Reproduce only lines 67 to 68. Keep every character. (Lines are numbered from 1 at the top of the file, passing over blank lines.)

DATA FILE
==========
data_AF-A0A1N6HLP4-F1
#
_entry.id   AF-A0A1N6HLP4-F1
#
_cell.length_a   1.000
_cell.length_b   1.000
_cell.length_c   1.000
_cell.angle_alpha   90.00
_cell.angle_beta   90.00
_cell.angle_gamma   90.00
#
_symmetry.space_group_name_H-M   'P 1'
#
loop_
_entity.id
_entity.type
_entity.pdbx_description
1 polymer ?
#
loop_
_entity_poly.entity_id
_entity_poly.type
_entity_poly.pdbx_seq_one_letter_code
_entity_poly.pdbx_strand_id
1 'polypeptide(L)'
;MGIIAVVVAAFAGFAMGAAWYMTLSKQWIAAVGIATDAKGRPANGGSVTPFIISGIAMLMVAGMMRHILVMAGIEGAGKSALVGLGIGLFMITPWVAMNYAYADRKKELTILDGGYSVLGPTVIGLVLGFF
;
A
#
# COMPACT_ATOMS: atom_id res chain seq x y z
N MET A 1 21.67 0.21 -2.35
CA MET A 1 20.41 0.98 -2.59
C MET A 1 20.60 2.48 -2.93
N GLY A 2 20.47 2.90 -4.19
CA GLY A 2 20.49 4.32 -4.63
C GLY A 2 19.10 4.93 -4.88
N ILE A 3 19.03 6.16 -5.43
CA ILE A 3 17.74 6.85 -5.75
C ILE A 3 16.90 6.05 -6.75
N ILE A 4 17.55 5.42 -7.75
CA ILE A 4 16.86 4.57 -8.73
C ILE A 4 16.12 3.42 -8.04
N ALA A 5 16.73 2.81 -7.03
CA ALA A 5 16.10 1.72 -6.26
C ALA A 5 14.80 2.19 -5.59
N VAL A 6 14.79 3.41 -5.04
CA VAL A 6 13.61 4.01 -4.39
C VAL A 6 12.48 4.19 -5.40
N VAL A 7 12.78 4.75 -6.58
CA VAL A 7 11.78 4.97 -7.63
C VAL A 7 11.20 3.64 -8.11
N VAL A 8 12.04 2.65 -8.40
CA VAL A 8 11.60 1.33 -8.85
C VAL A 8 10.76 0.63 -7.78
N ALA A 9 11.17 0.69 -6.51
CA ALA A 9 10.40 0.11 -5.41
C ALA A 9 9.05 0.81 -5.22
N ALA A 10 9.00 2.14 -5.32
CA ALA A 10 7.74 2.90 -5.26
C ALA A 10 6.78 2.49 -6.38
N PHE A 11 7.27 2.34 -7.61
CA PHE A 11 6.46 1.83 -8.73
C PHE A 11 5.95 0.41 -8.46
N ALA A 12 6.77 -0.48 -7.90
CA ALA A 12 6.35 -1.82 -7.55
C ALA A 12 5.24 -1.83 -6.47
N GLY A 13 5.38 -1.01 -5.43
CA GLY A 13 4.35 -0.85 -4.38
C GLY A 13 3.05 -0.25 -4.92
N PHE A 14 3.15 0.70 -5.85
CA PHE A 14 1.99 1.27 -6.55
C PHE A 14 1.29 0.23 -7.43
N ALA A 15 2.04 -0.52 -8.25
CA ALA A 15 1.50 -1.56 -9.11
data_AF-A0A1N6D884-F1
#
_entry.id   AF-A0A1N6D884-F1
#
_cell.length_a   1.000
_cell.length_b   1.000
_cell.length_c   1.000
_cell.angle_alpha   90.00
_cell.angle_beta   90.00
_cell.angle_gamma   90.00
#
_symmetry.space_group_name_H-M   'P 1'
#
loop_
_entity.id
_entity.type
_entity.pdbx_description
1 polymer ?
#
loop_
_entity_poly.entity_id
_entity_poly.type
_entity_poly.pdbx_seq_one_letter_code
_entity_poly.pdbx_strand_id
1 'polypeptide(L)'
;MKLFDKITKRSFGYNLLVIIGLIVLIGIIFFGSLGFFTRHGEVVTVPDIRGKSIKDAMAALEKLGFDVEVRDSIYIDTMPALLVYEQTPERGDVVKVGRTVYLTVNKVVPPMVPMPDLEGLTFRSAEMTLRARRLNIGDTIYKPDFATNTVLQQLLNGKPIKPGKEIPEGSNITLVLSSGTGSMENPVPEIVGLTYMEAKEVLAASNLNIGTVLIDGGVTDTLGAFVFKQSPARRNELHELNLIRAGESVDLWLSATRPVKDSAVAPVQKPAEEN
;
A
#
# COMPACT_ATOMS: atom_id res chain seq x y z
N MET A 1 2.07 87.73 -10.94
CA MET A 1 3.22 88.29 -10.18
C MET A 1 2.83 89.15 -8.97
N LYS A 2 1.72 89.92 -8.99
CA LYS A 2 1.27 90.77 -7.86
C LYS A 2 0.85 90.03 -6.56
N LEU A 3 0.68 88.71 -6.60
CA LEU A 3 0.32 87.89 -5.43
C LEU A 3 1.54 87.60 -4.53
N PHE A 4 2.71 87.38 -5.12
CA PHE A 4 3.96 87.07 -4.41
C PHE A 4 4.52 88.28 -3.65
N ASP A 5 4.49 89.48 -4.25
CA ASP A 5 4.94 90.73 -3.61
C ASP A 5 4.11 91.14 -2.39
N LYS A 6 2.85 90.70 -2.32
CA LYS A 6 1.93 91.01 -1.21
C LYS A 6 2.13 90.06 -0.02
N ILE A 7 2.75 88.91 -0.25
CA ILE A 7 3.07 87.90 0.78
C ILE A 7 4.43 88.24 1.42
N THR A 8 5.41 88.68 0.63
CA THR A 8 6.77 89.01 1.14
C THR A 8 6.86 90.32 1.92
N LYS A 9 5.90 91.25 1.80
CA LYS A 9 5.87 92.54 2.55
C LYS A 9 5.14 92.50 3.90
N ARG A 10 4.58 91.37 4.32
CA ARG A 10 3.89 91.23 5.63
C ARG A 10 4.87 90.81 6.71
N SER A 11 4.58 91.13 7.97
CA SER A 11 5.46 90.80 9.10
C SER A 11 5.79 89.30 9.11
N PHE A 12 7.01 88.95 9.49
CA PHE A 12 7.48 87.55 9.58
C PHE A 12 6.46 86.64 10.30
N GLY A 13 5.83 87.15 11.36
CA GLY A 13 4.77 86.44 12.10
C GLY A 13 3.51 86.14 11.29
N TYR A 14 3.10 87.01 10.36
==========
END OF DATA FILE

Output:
N GLY A 13 5.38 -1.01 -5.43
CA GLY A 13 4.35 -0.85 -4.38